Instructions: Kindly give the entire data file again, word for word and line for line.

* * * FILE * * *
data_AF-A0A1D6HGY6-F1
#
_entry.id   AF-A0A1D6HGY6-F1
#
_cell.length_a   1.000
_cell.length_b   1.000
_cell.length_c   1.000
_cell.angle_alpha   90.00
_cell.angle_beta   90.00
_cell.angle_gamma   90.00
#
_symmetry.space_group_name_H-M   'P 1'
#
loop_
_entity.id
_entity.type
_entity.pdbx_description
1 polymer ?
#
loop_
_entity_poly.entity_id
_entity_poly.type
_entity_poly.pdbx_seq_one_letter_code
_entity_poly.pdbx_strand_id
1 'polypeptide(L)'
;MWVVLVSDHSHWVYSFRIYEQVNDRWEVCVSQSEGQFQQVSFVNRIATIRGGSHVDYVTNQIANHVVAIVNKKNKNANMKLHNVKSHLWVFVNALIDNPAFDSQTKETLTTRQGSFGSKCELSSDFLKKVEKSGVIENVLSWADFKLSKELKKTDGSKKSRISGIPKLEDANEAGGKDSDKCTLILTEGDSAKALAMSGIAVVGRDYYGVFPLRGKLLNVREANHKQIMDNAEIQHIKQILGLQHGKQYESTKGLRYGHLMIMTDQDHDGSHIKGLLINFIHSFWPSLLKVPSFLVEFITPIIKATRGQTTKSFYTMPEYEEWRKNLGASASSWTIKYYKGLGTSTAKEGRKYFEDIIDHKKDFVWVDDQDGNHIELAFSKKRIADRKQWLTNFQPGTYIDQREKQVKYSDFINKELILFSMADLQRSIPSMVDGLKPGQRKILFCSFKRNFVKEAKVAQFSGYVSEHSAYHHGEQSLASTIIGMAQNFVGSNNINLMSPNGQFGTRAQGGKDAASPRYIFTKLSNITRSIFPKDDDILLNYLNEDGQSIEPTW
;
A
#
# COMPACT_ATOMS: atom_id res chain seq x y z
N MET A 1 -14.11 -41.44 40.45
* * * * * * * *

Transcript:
data_AF-A0A1D6HGY6-F1
#
_entry.id   AF-A0A1D6HGY6-F1
#
_cell.length_a   1.000
_cell.length_b   1.000
_cell.length_c   1.000
_cell.angle_alpha   90.00
_cell.angle_beta   90.00
_cell.angle_gamma   90.00
#
_symmetry.space_group_name_H-M   'P 1'
#
loop_
_entity.id
_entity.type
_entity.pdbx_description
1 polymer ?
#
loop_
_entity_poly.entity_id
_entity_poly.type
_entity_poly.pdbx_seq_one_letter_code
_entity_poly.pdbx_strand_id
1 'polypeptide(L)'
;MWVVLVSDHSHWVYSFRIYEQVNDRWEVCVSQSEGQFQQVSFVNRIATIRGGSHVDYVTNQIANHVVAIVNKKNKNANMKLHNVKSHLWVFVNALIDNPAFDSQTKETLTTRQGSFGSKCELSSDFLKKVEKSGVIENVLSWADFKLSKELKKTDGSKKSRISGIPKLEDANEAGGKDSDKCTLILTEGDSAKALAMSGIAVVGRDYYGVFPLRGKLLNVREANHKQIMDNAEIQHIKQILGLQHGKQYESTKGLRYGHLMIMTDQDHDGSHIKGLLINFIHSFWPSLLKVPSFLVEFITPIIKATRGQTTKSFYTMPEYEEWRKNLGASASSWTIKYYKGLGTSTAKEGRKYFEDIIDHKKDFVWVDDQDGNHIELAFSKKRIADRKQWLTNFQPGTYIDQREKQVKYSDFINKELILFSMADLQRSIPSMVDGLKPGQRKILFCSFKRNFVKEAKVAQFSGYVSEHSAYHHGEQSLASTIIGMAQNFVGSNNINLMSPNGQFGTRAQGGKDAASPRYIFTKLSNITRSIFPKDDDILLNYLNEDGQSIEPTW
;
A
#
# COMPACT_ATOMS: atom_id res chain seq x y z
N MET A 1 -14.11 -41.44 40.45